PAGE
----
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Germany

German-German monetary union caused economic shockwaves

The deutschmark was introduced as the official currency of East Germany on July 1, 1990, replacing the East German mark and paving the way for unification three months later.

A family holding up their new deutschmarks

Many East Germans were happy to adopt the D-Mark

By spring 1990, East Germans were once again taking to the streets, the "We are the People" slogan of the peaceful revolution of autumn 1989 replaced by another: "If the deutschmark doesn't come to us, we will go to the deutschmark!"

It was no empty threat. Since the fall of the Berlin Wall on November 9, 1989, hundreds of thousands had emigrated to the West, and the leadership of both Germanies were forced to make some speedy decisions.

Looking back, West Germany's then Finance Minister Theo Waigel said their options were limited. "I don't think we would have managed to make people stay in the East," he told DW. "We'd have seen a mass exodus. Some four million people had gone west after 1949 and again after 1989. We had no time to lose."

No going back

A line of people outside a bank

The banks were inundated with East Germans wanting to exchange their Ostmarks

Monetary union was pushed through without further ado, despite some reservations at the Bundesbank. On July 1, 1990, at the stroke of midnight, people gathered outside the banks to stand in line to exchange their East German marks for the long awaited hard currency.

An average of 4,000 marks was exchanged per person at an exchange rate of 1 to 1. Until then, they had been exchanging up to 11 East German marks for one deutschmark on the black market.

Moreover, pensions, wages and savings of up to 6,000 East German marks were exchanged overnight on the same one-to-one basis.

The switch was welcomed by private citizens, even though many were aware that the exchange rate hardly reflected the economic reality.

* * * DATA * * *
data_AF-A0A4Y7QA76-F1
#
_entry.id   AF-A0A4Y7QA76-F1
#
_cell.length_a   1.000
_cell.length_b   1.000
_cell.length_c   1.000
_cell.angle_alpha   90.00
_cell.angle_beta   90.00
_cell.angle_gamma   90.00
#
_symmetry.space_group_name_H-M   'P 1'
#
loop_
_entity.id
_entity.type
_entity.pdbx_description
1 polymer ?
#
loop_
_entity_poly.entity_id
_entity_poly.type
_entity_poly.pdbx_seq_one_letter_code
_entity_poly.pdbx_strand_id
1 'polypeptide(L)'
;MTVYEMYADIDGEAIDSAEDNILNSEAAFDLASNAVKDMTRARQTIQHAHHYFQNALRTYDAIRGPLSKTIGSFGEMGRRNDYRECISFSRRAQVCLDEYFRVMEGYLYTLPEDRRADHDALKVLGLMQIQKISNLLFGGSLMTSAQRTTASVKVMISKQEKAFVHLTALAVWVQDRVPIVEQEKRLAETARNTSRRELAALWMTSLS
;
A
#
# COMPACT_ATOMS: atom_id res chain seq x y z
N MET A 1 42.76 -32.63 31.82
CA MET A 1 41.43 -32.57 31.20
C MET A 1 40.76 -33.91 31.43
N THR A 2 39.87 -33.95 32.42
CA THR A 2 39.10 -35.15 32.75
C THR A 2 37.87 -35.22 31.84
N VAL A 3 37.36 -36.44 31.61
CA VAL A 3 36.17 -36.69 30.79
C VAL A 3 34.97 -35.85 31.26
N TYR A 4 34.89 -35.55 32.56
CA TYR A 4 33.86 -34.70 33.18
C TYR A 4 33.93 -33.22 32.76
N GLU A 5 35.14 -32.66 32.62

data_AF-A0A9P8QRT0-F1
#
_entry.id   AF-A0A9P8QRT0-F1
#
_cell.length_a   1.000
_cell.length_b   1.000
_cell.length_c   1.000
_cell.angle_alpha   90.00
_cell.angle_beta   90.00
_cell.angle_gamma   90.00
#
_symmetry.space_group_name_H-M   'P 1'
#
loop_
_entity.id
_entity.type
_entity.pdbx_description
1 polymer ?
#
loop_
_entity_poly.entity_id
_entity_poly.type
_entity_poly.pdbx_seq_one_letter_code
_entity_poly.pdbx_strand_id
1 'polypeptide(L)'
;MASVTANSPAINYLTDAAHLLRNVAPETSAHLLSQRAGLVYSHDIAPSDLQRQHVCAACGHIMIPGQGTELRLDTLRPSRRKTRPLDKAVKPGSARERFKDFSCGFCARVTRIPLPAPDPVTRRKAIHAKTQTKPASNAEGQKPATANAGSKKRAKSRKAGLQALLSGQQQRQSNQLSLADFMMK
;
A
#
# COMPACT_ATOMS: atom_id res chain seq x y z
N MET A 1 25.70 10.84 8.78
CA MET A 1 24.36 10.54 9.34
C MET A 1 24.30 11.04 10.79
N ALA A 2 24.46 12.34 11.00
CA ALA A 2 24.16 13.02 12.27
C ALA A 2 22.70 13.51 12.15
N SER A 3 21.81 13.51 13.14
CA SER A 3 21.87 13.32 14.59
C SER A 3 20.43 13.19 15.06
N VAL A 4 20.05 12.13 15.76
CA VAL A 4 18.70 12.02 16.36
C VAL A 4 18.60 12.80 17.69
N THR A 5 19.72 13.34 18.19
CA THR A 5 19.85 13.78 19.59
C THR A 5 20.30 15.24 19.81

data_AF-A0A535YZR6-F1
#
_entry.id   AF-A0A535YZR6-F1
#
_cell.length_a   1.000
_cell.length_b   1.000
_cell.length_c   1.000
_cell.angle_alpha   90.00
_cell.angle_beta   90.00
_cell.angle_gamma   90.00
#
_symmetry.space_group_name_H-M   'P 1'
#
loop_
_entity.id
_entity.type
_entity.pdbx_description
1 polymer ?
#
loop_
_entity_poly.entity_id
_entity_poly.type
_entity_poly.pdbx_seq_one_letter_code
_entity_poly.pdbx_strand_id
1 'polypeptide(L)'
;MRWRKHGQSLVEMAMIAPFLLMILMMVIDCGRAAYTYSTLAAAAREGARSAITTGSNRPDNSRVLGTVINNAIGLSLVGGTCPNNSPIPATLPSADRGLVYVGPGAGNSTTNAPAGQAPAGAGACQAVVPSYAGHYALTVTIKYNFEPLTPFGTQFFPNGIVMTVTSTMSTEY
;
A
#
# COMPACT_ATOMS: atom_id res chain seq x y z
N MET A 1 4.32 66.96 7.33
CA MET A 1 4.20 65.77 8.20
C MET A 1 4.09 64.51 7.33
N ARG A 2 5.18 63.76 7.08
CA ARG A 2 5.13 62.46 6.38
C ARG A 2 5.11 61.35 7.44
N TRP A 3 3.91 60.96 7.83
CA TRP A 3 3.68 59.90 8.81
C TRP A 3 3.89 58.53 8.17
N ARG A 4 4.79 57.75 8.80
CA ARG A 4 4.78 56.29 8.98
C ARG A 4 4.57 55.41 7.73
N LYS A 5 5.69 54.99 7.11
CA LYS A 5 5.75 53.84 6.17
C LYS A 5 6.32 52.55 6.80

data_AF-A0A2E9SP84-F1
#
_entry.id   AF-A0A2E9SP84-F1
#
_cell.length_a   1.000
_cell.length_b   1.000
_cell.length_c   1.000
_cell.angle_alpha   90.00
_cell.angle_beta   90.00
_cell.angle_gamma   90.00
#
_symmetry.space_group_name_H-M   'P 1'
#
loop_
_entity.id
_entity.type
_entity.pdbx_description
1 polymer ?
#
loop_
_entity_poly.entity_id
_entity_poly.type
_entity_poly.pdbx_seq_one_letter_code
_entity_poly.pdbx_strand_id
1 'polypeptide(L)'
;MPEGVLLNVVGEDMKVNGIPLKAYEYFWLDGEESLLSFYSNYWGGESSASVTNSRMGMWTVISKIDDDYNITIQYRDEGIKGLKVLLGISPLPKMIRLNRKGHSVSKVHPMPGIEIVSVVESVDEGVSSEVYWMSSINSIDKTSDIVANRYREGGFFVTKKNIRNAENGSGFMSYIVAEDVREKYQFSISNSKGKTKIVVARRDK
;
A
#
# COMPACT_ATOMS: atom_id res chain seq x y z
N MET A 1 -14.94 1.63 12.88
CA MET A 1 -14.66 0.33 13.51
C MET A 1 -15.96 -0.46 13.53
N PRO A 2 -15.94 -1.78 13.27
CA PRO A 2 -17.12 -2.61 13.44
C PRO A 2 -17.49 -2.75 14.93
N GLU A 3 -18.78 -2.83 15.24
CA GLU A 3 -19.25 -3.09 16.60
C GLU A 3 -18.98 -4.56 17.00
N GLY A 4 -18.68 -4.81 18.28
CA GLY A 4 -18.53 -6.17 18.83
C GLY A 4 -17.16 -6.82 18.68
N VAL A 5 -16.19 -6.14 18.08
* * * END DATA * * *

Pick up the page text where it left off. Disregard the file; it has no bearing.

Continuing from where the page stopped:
"I thought it was unfortunate that it wasn't more considered," said Ernst Woll, a vet who lived in Erfurt and was approaching retirement in 1990. He was skeptical of the German-German monetary union.

"Many people in the former East Germany were a bit misty-eyed about West Germany, and especially its currency," he recalls.

Economic fall-out

But by then, it was obvious there was no going back.

Like everyone else, East Germany's politicians found it hard getting used to the new currency.

"It was strange paying for everyday items with western money," remembers Gregor Gysi, who was chairman of the Party of Democratic Socialism (PDS) at the time. "We would save our deutschmarks for something special. We didn't spend them on bread rolls or gas or a cup of coffee."

Wilfried Fuhrmann is a monetary expert and economist at Potsdam University and witnessed the introduction of the deutschmark in East Germany first-hand. He soon realized the new currency wouldn't only bring buying power - but also huge economic problems.

"The biggest problem was people's hopes and expectations," he says. "The public should have been told that they were starting at a relatively low level and that when productivity was increased, they would start to see improvements. The mistake was to try and match the standard of living in the West as quickly as possible."

What happened was that East Germans went on a huge spending spree. At long last, they were free to travel to the West and to buy western products. They left East German goods on the shelves, and never looked back. The effect on the economy was devastating.

East German manufacturers lost almost all their customers overnight - and competitors from the West weren't the only problem.

"Because wages were now paid in deutschmarks it meant East German products were no longer so cheap," explained Wilfried Fuhrmann. "That meant that companies lost out to the competition from the West."

The losers of the currency union

A digger demolishes a building

Eastern Germany is still lagging behind the western states

Many of the run-down East German companies collapsed. The government privatization agency Treuhand was set up, aiming to privatize state-run companies. But factory closures and high unemployment sparked a political dispute that remains unresolved to this day.

"The Treuhand made arbitrary decisions," said Gregor Gysi. "The agency decided which companies received help and which didn't. They looked for buyers for some firms and ignored others. I once asked the Treuhand president which criteria they used, and she couldn't give me an answer."

Theo Waigel, the former German finance minister, says that only the fittest survived.

"We gave capital to the companies with viable prospects so that they could restructure," he said. "But it was down to the companies themselves to find the buyers and the international market share to be able to survive."

Many simply went under, and 20 years on, eastern Germany is still waiting for the economic upswing which the currency union was designed to trigger.

Author: Jane Paulick
Editor: Nancy Isenson

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